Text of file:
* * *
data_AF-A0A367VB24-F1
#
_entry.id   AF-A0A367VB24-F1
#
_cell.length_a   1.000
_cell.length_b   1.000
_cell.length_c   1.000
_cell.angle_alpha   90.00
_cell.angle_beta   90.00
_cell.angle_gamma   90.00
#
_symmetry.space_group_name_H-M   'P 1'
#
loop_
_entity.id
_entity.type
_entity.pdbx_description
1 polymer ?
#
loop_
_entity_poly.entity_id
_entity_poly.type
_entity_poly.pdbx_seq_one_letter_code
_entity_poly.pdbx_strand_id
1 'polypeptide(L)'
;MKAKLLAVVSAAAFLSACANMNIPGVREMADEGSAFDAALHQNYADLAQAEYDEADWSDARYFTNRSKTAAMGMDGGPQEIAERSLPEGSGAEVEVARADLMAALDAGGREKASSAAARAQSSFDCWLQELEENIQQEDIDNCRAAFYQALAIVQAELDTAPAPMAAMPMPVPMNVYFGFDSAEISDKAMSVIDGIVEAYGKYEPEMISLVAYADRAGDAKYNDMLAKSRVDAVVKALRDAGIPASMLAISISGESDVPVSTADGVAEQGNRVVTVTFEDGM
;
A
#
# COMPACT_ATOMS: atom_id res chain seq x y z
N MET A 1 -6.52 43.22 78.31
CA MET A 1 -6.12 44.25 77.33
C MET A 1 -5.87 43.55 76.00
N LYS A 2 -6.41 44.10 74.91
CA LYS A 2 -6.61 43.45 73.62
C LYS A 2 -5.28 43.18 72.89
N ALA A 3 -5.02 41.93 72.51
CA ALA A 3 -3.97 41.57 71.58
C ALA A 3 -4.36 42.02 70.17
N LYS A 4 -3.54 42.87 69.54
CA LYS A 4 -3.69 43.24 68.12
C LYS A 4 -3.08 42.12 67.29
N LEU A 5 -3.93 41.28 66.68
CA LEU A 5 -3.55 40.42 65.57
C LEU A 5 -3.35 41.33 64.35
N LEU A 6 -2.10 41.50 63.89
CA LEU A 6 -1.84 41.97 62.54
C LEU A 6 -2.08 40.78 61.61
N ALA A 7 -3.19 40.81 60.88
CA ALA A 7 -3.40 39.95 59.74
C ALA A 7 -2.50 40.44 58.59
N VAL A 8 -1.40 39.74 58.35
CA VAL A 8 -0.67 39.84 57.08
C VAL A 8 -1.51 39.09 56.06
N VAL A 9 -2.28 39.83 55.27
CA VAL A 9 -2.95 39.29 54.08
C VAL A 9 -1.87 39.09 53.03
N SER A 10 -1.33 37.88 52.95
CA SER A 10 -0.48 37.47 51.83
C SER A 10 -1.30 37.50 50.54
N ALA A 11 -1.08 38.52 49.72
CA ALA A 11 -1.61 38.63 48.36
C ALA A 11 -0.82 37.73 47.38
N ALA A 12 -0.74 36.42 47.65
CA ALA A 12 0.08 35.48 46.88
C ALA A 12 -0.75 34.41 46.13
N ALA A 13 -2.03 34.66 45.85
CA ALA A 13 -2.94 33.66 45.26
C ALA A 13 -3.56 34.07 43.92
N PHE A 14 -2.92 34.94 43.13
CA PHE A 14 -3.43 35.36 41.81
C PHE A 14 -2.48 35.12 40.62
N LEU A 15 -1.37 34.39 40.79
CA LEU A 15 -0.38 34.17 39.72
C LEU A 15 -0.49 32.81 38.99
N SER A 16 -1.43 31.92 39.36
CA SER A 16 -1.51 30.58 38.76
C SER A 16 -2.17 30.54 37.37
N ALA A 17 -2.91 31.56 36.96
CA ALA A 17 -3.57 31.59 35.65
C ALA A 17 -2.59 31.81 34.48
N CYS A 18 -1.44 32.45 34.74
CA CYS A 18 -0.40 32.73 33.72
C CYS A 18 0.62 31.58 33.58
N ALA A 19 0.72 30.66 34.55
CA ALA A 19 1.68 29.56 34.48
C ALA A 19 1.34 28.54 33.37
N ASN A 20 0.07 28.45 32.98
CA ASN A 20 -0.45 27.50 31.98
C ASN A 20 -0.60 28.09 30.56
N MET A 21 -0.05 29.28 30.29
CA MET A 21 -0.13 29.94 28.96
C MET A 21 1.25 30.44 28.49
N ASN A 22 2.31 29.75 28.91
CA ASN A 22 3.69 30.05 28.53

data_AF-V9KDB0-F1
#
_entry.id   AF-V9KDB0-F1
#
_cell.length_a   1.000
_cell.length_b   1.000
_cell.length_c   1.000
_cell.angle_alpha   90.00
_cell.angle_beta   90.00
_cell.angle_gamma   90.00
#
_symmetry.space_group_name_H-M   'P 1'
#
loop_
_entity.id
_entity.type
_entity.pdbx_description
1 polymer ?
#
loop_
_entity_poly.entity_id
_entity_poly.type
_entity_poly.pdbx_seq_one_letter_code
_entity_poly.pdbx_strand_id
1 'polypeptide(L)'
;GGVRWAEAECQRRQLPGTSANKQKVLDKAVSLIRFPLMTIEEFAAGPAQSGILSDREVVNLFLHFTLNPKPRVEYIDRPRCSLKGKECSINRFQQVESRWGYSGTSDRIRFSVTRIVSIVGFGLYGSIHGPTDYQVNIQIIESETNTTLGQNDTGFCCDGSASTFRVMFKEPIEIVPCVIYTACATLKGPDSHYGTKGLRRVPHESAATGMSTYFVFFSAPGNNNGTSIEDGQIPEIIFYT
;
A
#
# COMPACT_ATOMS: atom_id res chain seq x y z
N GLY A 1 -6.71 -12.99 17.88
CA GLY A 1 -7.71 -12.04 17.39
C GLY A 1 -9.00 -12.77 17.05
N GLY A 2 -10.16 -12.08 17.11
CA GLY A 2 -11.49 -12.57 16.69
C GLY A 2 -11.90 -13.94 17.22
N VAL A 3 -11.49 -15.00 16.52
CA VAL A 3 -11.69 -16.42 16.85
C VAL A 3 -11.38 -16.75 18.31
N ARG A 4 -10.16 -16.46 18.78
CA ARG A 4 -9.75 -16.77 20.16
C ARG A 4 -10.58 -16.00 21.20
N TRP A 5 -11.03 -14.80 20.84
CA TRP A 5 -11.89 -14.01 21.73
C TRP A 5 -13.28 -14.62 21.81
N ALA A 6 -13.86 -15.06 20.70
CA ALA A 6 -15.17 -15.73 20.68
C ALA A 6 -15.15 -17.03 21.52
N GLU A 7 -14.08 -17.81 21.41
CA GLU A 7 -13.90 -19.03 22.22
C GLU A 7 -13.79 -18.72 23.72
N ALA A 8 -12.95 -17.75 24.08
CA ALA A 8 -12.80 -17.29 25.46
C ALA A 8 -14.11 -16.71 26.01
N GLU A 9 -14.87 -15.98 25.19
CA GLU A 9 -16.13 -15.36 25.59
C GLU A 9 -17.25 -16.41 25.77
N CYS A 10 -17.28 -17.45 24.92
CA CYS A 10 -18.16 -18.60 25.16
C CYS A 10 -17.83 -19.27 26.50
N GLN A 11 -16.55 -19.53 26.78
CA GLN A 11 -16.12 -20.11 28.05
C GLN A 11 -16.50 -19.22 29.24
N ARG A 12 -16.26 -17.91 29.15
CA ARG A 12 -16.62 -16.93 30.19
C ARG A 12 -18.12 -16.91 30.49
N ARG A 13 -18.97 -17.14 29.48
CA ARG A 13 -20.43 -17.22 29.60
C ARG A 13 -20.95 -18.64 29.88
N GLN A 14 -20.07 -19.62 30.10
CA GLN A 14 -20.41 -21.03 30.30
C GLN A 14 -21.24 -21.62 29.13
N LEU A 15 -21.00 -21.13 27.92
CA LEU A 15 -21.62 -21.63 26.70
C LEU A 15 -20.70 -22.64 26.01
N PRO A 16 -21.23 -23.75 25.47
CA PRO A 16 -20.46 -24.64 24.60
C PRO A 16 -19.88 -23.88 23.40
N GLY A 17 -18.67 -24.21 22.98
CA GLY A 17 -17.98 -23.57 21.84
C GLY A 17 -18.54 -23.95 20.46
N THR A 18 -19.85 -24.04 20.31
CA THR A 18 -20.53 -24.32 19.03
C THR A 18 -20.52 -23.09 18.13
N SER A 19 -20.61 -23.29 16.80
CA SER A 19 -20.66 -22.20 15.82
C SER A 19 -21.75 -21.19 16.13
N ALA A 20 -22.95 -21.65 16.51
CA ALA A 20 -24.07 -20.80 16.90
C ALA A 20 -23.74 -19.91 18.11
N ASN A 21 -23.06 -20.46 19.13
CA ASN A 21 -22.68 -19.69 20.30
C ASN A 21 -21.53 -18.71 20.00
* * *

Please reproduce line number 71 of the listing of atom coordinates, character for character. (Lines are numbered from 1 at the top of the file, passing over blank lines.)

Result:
CA PHE A 14 -3.43 35.36 41.81